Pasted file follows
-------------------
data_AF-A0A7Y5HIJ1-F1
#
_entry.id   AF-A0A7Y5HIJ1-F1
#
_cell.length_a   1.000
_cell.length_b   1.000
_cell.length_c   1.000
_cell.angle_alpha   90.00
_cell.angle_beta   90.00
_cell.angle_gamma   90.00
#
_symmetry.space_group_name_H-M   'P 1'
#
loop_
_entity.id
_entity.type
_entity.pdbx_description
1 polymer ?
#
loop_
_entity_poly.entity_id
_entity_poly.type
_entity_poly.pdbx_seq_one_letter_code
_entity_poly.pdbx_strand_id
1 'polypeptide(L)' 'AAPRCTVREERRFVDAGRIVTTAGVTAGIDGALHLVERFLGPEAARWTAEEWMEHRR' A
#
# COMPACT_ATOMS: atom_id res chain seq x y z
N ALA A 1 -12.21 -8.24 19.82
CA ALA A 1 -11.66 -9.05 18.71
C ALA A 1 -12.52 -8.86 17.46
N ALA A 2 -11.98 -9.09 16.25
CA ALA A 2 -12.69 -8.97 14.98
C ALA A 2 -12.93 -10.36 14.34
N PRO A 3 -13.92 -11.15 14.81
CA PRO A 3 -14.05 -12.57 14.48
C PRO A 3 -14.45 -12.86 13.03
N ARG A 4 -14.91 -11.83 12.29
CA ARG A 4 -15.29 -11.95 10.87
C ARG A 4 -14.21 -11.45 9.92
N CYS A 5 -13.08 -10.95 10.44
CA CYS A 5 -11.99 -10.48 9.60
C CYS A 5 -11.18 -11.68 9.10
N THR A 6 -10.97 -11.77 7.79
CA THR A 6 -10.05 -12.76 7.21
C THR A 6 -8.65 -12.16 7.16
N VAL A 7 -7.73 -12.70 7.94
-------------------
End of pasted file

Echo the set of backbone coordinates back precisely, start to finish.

data_AF-A0A7Y5HIJ1-F1
#
_entry.id   AF-A0A7Y5HIJ1-F1
#
_cell.length_a   1.000
_cell.length_b   1.000
_cell.length_c   1.000
_cell.angle_alpha   90.00
_cell.angle_beta   90.00
_cell.angle_gamma   90.00
#
_symmetry.space_group_name_H-M   'P 1'
#
loop_
_entity.id
_entity.type
_entity.pdbx_description
1 polymer ?
#
loop_
_entity_poly.entity_id
_entity_poly.type
_entity_poly.pdbx_seq_one_letter_code
_entity_poly.pdbx_strand_id
1 'polypeptide(L)' 'AAPRCTVREERRFVDAGRIVTTAGVTAGIDGALHLVERFLGPEAARWTAEEWMEHRR' A
#
# COMPACT_ATOMS: atom_id res chain seq x y z
N ALA A 1 -12.21 -8.24 19.82
CA ALA A 1 -11.66 -9.05 18.71
C ALA A 1 -12.52 -8.86 17.46
N ALA A 2 -11.98 -9.09 16.25
CA ALA A 2 -12.69 -8.97 14.98
C ALA A 2 -12.93 -10.36 14.34
N PRO A 3 -13.92 -11.15 14.81
CA PRO A 3 -14.05 -12.57 14.48
C PRO A 3 -14.45 -12.86 13.03
N ARG A 4 -14.91 -11.83 12.29
CA ARG A 4 -15.29 -11.95 10.87
C ARG A 4 -14.21 -11.45 9.92
N CYS A 5 -13.08 -10.95 10.44
CA CYS A 5 -11.99 -10.48 9.60
C CYS A 5 -11.18 -11.68 9.10
N THR A 6 -10.97 -11.77 7.79
CA THR A 6 -10.05 -12.76 7.21
C THR A 6 -8.65 -12.16 7.16
N VAL A 7 -7.73 -12.70 7.94